I recently read the eBook “Healthcare’s New Normal: Transforming How You Connect with Patients During COVID-19 and Beyond”, and while it focused more on the medical community and health services, I believe it has value for the behavioral health field as well. The book identified three distinct phases brought about by the COVID pandemic that are transforming healthcare: reacting, reopening, and ultimately recovering. I believe each of these three phases needs to be considered as we adapt our behavioral health services and secure telehealth options for our clients going forward!
I believe that the react phase began with the mandatory request to shelter in place that created a traumatized state for both practitioners and clients. During this time we were trying to grasp the magnitude of this new COVID-19, trying to metabolize the fears associated with the unknown about a new virus, and adjust to the disruption to life as we knew it pre-COVID. The disruption had a wide reach and included financial challenges, decreased social interactions, scarcity in the supply of necessities, pivoting to working and schooling from home, and many more changes and loses … some just perceived, but some very real!
During this stage practitioners and facilities were forced to use technology to provide distance services to stay connected with those in need. For many in the field this delivery method was new and at times overwhelming just to find and access the appropriate technology. Even once a technology was identified, the practitioners still had to master new skills and educate their traumatized clients on how to connect via technology for mental health services. Despite the challenges, most professionals managed their own personal response to COVID-19 and persevered because of their dedication to their clients and the community’s mental health needs during an extreme traumatic event.
During this phase, this new reliance on technology has led to notable progress with new systems for faster dissemination of healthcare information, improved scheduling platforms, better online billing, and increased access to secure virtual sessions all making it easier for clients to connect with their healthcare provider while remaining safely at home. No travel time and flexibility of scheduling is seen as a definite benefit. On the other hand, despite the available technology, some still prefer in-office care, so only being able to safely connect from home during this phase for some was a traumatic experience.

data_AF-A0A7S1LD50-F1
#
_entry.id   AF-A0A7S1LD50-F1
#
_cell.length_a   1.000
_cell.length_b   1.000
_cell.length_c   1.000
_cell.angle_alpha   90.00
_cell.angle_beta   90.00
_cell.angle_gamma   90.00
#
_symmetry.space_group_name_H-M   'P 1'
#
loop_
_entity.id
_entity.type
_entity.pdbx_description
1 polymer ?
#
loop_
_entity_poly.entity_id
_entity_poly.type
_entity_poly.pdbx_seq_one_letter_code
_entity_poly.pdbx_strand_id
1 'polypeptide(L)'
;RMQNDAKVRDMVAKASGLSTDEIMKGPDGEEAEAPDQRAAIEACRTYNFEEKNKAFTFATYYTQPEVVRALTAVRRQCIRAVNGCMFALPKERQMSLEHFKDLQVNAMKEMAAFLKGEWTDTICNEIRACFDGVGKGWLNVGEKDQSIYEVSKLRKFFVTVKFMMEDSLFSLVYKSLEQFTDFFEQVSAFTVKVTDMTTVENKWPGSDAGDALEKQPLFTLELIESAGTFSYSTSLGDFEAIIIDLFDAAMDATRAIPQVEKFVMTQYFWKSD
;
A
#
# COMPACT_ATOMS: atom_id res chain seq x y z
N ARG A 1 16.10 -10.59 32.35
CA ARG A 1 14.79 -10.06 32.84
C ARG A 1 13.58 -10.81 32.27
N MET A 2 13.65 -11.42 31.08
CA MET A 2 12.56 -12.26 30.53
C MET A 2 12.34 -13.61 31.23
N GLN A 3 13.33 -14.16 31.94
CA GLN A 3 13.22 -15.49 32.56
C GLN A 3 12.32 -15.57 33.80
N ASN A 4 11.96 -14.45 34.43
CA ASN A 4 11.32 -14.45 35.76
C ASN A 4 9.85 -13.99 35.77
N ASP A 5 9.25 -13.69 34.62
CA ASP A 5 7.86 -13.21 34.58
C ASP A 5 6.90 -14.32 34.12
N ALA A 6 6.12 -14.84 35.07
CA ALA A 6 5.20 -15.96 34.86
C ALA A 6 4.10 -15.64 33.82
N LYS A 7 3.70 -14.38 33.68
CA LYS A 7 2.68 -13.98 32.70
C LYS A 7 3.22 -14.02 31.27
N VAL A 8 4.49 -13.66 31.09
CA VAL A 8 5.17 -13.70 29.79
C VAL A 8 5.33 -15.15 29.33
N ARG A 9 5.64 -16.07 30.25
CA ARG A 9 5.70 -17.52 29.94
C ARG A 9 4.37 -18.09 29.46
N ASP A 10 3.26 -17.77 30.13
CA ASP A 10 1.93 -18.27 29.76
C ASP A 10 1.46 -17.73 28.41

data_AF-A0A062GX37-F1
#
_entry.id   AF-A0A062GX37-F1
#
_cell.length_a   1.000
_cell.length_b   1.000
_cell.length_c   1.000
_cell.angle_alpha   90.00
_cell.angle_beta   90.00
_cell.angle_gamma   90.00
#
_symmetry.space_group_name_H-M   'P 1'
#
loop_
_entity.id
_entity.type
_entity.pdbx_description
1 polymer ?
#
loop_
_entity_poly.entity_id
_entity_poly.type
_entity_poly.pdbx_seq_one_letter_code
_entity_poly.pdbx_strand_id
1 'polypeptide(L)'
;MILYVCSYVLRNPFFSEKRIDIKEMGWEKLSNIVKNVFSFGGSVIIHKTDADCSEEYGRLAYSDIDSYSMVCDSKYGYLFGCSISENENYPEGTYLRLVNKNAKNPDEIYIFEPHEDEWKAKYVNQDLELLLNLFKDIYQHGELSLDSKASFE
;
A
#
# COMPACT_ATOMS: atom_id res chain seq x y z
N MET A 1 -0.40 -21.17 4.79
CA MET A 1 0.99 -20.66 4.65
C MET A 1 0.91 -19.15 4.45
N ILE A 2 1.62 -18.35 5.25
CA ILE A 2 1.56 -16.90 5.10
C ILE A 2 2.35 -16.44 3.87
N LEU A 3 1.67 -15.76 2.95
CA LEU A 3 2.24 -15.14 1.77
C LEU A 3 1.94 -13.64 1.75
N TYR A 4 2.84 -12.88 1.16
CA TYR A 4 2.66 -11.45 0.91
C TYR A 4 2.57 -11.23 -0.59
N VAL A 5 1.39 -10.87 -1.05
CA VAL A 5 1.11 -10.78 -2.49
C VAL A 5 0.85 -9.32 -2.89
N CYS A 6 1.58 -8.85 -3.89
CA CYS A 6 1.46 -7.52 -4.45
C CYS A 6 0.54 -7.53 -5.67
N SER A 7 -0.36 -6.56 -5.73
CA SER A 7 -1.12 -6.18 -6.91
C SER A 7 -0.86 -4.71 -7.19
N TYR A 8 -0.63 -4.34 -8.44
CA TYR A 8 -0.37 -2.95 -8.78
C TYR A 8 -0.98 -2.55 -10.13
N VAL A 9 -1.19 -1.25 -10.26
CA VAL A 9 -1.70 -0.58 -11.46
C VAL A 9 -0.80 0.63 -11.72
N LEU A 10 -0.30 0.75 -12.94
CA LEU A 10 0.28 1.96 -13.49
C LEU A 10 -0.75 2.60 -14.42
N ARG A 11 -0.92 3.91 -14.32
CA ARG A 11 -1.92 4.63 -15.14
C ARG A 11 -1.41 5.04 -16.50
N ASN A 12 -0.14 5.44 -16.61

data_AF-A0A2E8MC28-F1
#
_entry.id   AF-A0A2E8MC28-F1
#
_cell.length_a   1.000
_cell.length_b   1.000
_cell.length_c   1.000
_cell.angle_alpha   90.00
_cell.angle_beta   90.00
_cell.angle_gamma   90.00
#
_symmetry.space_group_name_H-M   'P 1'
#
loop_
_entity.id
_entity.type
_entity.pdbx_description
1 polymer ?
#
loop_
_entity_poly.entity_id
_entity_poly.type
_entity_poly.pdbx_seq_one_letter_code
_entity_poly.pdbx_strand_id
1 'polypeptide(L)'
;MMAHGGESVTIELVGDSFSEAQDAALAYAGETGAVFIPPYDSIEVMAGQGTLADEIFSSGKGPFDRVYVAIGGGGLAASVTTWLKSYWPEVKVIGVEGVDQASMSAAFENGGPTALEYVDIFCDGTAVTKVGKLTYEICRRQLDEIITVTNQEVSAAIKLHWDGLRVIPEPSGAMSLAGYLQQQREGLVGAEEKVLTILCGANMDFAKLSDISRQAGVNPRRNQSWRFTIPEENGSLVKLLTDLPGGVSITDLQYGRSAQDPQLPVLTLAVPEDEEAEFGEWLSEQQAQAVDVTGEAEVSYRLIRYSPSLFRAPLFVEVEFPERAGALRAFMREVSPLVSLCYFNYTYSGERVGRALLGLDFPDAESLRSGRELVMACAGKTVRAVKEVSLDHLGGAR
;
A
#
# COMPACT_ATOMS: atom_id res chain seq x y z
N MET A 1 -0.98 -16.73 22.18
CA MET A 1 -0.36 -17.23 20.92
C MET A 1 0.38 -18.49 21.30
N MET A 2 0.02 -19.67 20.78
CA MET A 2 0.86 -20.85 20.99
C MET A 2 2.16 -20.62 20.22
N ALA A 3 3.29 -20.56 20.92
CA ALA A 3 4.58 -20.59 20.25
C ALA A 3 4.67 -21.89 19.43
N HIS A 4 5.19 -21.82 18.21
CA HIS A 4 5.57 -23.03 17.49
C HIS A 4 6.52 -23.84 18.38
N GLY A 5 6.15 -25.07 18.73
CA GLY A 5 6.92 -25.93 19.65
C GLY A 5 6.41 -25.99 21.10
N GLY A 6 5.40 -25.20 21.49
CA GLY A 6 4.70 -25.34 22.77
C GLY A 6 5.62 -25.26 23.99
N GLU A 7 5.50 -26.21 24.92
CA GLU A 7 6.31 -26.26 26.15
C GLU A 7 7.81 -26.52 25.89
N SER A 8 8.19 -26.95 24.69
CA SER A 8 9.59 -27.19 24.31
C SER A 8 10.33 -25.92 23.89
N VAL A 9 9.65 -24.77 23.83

We have entered the reopen phase which is creating some very traumatic and stressful emotional issues and dilemmas for the practitioner and the client. The black and white scenario of shelter in place was not ideal, but it did provide a sense of structure and for some security … an “If I stay home, I will be safe” attitude existed. Re-opening is creating discomfort for many depending on their belief and choices around protecting themselves and their loved ones from COVID versus the very real need for socialization and some “normalization” of activities including working, school for kids, physical activities, seeing friends and family, etc.
Mental health professionals face many of the same concerns in their quest to keep themselves, their families, and their clients safe. There are also challenges to re-opening onsite practices/facilities safely. In my circles, it appears that some are now providing a mixture of telehealth and onsite with a select few clients while others are remaining fully virtual. It is too early to tell how maintaining a full-time virtual practice will affect the bottom line of revenue. Virtual sessions have not been easy for many that are “differently abled” with technology (i.e. the older client). So, it is likely that some clients will request in office sessions and if it’s not available, may decide to move to another practitioner that is providing this option, while others will continue to embrace the virtual format.
This phase is still unknown until the COVID-19 pandemic is in our review mirror. However, I believe that this is the stage of acceptance to a new world that will be a blending of supportive and viable trends from pre-pandemic times with the integration and acceptance of new modalities for mental and physical healthcare.
Technology companies are now completely on board developing new tools to help monitor and provide access to quality healthcare. I support the trend for value-based care that includes the client’s voice with what venues are working for them for a positive experience and outcome. My one concern is that some technology tools may be developed without human regard … just because they can does not mean they should. In my opinion, technology is simply a tool to support easy access to education, identification, treatment, and recovery of our mental and physical health issues, but it should not be the end game.
This Recovery phase will also be a time to reflect and grieve the losses experienced during the pandemic that are too numerous to mention. Virtual technology provides a useful tool to not only keep us connected now in the midst of the pandemic, but it will likely continue to play a big role in helping us to remain connected and to support each other as we move past the current crisis. VTConnect is proud to be one of the ethical, secure, virtual telehealth platforms that has been providing virtual support for over a decade. We chose to be part of the solution and plan to continue to adapt and grow our telehealth solution to best meet the needs of practitioners and clients now and in the future.
– Martha H. Ireland, Ireland PhD, RN, CS, BC-TMH
eBook: Healthcare’s New Normal: Transforming How You Connect with Patients During COVID-19 and Beyond. (2020, September 20). Retrieved from Health IT Analytics: https://healthitanalytics.com/resources/white-papers/ebook-healthcares-new-normal-transforming-how-you-connect-with-patients-during-covid-19-and-beyond